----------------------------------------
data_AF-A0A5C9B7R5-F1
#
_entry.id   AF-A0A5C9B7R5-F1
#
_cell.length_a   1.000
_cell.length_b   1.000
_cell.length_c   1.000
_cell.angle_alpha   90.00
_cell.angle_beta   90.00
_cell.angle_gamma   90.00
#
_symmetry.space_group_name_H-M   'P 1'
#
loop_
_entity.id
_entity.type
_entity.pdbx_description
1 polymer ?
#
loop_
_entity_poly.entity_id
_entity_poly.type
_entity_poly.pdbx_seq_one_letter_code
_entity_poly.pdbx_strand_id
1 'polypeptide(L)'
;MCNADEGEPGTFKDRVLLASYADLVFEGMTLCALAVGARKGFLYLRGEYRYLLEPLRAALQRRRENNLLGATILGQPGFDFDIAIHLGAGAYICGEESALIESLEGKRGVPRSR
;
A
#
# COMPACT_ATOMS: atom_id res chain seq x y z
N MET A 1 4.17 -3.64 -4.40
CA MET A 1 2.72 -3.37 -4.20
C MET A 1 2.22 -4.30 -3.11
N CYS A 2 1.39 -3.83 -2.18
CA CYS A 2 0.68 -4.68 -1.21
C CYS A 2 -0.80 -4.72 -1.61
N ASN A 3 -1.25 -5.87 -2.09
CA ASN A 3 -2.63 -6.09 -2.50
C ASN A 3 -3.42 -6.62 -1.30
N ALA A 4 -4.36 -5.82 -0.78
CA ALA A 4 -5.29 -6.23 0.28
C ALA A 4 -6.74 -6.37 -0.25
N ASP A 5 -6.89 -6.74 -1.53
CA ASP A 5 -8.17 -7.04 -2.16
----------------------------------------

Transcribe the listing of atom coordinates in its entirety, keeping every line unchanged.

data_AF-A0A5C9B7R5-F1
#
_entry.id   AF-A0A5C9B7R5-F1
#
_cell.length_a   1.000
_cell.length_b   1.000
_cell.length_c   1.000
_cell.angle_alpha   90.00
_cell.angle_beta   90.00
_cell.angle_gamma   90.00
#
_symmetry.space_group_name_H-M   'P 1'
#
loop_
_entity.id
_entity.type
_entity.pdbx_description
1 polymer ?
#
loop_
_entity_poly.entity_id
_entity_poly.type
_entity_poly.pdbx_seq_one_letter_code
_entity_poly.pdbx_strand_id
1 'polypeptide(L)'
;MCNADEGEPGTFKDRVLLASYADLVFEGMTLCALAVGARKGFLYLRGEYRYLLEPLRAALQRRRENNLLGATILGQPGFDFDIAIHLGAGAYICGEESALIESLEGKRGVPRSR
;
A
#
# COMPACT_ATOMS: atom_id res chain seq x y z
N MET A 1 4.17 -3.64 -4.40
CA MET A 1 2.72 -3.37 -4.20
C MET A 1 2.22 -4.30 -3.11
N CYS A 2 1.39 -3.83 -2.18
CA CYS A 2 0.68 -4.68 -1.21
C CYS A 2 -0.80 -4.72 -1.61
N ASN A 3 -1.25 -5.87 -2.09
CA ASN A 3 -2.63 -6.09 -2.50
C ASN A 3 -3.42 -6.62 -1.30
N ALA A 4 -4.36 -5.82 -0.78
CA ALA A 4 -5.29 -6.23 0.28
C ALA A 4 -6.74 -6.37 -0.25
N ASP A 5 -6.89 -6.74 -1.53
CA ASP A 5 -8.17 -7.04 -2.16